• Despite repeated findings by state judges that a protection order was necessary to keep a Denver attorney from contacting or stalking her onetime lover, she has persisted for seven years in trying to get out from the order's terms. Now, the 10th Circuit has given her the ability to challenge the constitutionality of Colorado's underlying protection order statutes.
• The 10th Circuit rejected the claims of a detainee who was attacked in the Clear Creek County jail that the sheriff and county were liable for his injuries.
• A three-judge panel of the 10th Circuit was somewhat skeptical of Vail Resorts' refusal to provide refunds to passholders who were affected early in the COVID-19 pandemic, but also wondered if the "no refunds" clause in the purchase agreement was the endgame.
• Even though they both left the military, two former service members are still challenging the government's COVID-19 vaccination requirement, with which the overwhelming majority of troops have complied.
Other federal news
• A recent Supreme Court decision from this year allowing courts to more easily strike down gun safety regulations did not render the longstanding law against felons owning guns unconstitutional — even for nonviolent felonies, a federal judge said.
• A former high-ranking Olympics official will be able to pursue his claims against the organization, while at the same time the U.S. Olympic & Paralympic Committee can maintain its own claims, for now, that he misappropriated confidential information.
• Even though he lost 25 pounds and allegedly bled from the mouth after trying to eat jail food, a toothless man detained in Jefferson County had not shown his constitutional rights were violated, a judge decided.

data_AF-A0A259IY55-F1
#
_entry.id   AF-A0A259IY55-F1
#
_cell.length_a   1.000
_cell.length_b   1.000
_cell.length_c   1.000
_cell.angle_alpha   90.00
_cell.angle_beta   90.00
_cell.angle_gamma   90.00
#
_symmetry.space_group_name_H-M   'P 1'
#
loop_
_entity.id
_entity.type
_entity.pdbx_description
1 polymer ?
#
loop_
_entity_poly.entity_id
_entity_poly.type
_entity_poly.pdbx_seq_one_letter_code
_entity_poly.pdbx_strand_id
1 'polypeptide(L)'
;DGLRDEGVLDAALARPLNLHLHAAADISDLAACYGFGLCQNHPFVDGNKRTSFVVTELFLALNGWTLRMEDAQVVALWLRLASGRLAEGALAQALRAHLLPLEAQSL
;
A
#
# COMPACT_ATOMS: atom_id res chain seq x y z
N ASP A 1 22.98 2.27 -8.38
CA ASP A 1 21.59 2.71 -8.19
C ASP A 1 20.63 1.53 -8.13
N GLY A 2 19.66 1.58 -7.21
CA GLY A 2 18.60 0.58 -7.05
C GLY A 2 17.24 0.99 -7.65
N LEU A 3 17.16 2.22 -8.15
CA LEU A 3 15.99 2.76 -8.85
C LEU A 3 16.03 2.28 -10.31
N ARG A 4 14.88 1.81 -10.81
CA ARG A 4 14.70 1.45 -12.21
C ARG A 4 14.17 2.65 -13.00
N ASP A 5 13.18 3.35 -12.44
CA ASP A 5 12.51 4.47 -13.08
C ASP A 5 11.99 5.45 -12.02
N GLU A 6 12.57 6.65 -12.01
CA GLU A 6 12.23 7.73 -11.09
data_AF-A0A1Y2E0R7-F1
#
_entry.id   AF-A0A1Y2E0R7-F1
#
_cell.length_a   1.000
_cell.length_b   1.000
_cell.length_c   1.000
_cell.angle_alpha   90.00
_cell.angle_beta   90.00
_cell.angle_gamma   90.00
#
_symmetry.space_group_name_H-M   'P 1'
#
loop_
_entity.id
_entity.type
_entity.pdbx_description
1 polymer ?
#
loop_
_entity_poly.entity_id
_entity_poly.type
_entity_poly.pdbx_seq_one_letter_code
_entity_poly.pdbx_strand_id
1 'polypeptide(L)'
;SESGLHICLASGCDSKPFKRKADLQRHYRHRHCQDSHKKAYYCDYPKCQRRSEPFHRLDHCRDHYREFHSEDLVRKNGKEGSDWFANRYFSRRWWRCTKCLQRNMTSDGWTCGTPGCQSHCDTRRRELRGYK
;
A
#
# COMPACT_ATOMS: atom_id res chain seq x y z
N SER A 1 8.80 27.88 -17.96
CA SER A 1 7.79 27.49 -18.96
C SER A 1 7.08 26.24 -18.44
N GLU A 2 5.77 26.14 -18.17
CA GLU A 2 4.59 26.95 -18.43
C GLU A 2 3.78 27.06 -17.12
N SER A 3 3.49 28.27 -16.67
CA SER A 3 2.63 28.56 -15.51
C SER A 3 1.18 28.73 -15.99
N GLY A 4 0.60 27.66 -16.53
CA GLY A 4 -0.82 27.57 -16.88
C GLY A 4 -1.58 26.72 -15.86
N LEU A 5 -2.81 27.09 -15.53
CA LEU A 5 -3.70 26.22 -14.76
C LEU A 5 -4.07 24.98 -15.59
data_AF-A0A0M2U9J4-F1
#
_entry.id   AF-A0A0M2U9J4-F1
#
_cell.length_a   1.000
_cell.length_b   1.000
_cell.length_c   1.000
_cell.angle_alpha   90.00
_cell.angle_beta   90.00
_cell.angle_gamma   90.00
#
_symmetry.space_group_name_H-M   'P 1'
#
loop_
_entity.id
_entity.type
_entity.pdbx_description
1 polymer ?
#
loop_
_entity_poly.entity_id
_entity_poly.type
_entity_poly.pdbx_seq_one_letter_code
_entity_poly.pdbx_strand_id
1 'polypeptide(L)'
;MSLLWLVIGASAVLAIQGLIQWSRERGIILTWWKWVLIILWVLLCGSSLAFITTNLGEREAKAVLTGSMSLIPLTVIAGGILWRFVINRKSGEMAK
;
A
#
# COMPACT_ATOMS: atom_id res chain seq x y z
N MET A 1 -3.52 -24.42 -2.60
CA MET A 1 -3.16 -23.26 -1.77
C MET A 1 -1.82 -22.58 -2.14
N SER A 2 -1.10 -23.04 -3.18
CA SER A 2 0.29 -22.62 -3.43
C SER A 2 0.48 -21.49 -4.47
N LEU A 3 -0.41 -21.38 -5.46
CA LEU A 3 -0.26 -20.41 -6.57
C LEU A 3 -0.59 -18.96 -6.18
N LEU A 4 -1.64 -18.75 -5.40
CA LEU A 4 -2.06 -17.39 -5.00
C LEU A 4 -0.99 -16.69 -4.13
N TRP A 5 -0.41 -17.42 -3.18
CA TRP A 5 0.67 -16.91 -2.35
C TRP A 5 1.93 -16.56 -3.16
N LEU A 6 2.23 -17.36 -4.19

• A Muslim detainee in the Weld County jail may proceed to trial on allegations the sheriff's office violated his First Amendment rights by refusing to allow Friday congregate prayer except under specific circumstances.
• Larimer County did not allege that a man was involved in the May 2021 physical abuse of his stepdaughter. Nonetheless, the county placed him in the state's child abuse database, and now he cannot sue in federal court to get himself removed.
• There is no constitutional right to a thorough police investigation, a judge told a man who sued over the unresolved theft of his backpack.
• A cancer researcher at the University of Colorado had not shown he was discriminated against because of his age, race, religion or national origin, despite his allegations of "threatened" termination.
• A 2018 write-in candidate for Garfield County sheriff lost the election and subsequently decided to become a police officer. He alleged he was discriminated against when attending a community college criminal justice program, but a judge thought otherwise.
Vacancies and appointments
• There are three finalists to succeed District Court Judge Rachel J. Olguin-Fresquez in her previous post on the Eagle County Court: Braden Angel, Inga Causey and Courtney Holm.
• The ACLU of Colorado is suing for a Denver police raid on a Montbello woman's home, where law enforcement was unable to find stolen goods after all.
• The state's Judicial Department previewed what a new judge will experience on the Rio Blanco County Court, where no law degree is required to join the bench.